NAPA — More than three months after the NFL draft, Oakland Raiders defensive tackle Maurice Hurst is still a little bitter about how things played out.
Projected to be a sure first-rounder after his final season at Michigan, Hurst wasn’t selected until the fifth round amid questions about his health stemming from a heart condition that also got him sent home from the scouting combine.
Although Hurst said he first learned of the issue during his freshman year in college, he was stunned not hearing his name called until the third day of the draft.
He’s still not fully over it.
“I don’t know if it ever goes away,” Hurst said Friday. “It’s just something that’s always on your shoulder and something that you always have to carry with you. Just keep it there to push you harder.”
The Raiders are counting on Hurst and second-round pick P.J. Hall to improve an interior pass rush that was almost non-existent last season. Both rookies have gotten work in with the starting defense during practices and will get an extensive look when preseason games begin next week.
“They don’t want us to be rookies,” Hurst said. “They want us to come out and play right away and play effectively, and come out and just dominate and do what they expected us to do. Just be a vital part of this defense.”
Hurst had 12½ sacks in college, five coming as a senior when he was an All-American.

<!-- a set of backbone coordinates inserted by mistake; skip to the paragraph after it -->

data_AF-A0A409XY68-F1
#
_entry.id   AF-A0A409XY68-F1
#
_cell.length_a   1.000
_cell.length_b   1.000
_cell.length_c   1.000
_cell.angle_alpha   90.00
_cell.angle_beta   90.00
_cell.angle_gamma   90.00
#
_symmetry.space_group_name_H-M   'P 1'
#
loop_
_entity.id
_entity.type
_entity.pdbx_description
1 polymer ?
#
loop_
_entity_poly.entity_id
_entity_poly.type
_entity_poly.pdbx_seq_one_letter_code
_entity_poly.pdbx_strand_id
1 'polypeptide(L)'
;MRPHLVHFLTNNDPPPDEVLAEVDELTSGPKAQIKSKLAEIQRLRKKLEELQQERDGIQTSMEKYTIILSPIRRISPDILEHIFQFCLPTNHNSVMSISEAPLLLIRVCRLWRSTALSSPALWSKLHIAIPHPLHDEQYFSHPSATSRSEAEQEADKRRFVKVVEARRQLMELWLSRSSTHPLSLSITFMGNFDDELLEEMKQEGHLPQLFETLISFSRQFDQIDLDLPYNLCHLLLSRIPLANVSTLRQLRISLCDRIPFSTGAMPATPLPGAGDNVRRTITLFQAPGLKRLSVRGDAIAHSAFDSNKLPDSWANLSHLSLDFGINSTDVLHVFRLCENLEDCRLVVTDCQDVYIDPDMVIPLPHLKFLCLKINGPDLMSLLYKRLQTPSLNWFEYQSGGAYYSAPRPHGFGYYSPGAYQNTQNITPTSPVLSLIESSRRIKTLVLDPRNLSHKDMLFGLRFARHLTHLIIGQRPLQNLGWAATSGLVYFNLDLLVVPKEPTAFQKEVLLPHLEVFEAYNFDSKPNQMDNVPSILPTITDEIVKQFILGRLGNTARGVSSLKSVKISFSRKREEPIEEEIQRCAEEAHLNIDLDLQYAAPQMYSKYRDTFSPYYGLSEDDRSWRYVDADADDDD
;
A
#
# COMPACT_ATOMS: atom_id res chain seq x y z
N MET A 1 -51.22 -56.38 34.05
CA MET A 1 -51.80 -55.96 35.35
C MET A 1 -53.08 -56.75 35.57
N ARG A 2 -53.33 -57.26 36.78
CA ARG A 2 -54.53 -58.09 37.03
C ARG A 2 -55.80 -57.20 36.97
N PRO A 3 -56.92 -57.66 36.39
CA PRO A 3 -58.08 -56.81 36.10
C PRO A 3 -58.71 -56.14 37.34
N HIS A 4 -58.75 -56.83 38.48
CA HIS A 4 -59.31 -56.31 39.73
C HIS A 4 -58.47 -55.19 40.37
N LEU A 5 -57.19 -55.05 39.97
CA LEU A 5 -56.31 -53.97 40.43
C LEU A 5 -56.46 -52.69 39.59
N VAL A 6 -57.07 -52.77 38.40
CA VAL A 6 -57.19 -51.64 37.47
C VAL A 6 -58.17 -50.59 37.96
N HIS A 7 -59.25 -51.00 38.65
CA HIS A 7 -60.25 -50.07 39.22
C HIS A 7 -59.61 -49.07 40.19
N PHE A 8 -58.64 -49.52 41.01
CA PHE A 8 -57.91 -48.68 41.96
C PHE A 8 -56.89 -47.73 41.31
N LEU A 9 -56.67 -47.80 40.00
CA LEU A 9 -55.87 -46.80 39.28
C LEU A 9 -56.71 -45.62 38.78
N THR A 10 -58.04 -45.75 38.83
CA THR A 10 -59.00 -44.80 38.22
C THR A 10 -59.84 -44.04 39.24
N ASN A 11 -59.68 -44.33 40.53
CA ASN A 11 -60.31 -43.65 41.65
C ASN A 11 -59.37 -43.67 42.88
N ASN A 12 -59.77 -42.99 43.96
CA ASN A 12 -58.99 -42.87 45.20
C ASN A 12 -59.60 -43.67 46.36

With the Raiders, he’ll be part of a rotation up front that includes Hall and veterans Justin Ellis and Mario Edwards. Eddie Vanderdoes, a second-round pick in 2017 who started 13 games as a rookie, is recovering from ACL surgery.
To help accelerate his growth, the Raiders have had Hurst play against starting center Rodney Hudson and guards Kelechi Osemele and Gabe Jackson. Hudson and Osemele were Pro Bowl picks last season while Jackson was an alternate in 2016.
“They throw a few crumbs every now and then,” Hurst said. “They don’t want you to beat them every time. But they’ve been extremely helpful. Every day I get to go to work I get to play the best guys in the country. That’s only going to make you better every day.”
Hudson said Hurst’s natural instincts have made for a smooth transition.
“He’s got a lot of ability,” Hudson said. “Smart rusher. He’s always attentive and asks questions. He’s got a lot of God-given ability. He’s quick and he uses his hands well to be so young.”
Hurst showed all of that during a pass-rush drill Friday. Paired against two offensive linemen, Hurst burst through the middle of the double-team effort and used his right hand to knock away one defender’s block attempt.
If only finding a place to live was that easy for the Raiders rookie.
Hurst admitted getting sticker shock while checking out the housing market in Northern California and joked that he might have to go back to driving for Uber, something he did in college to earn extra money.
“It’s ridiculous,” Hurst said. “Look here, look home, look Michigan. I’m like, ‘I can get a nice place over there.’ But over here you get a little box. There was one on Craigslist I saw that someone was renting out a closet for $400.”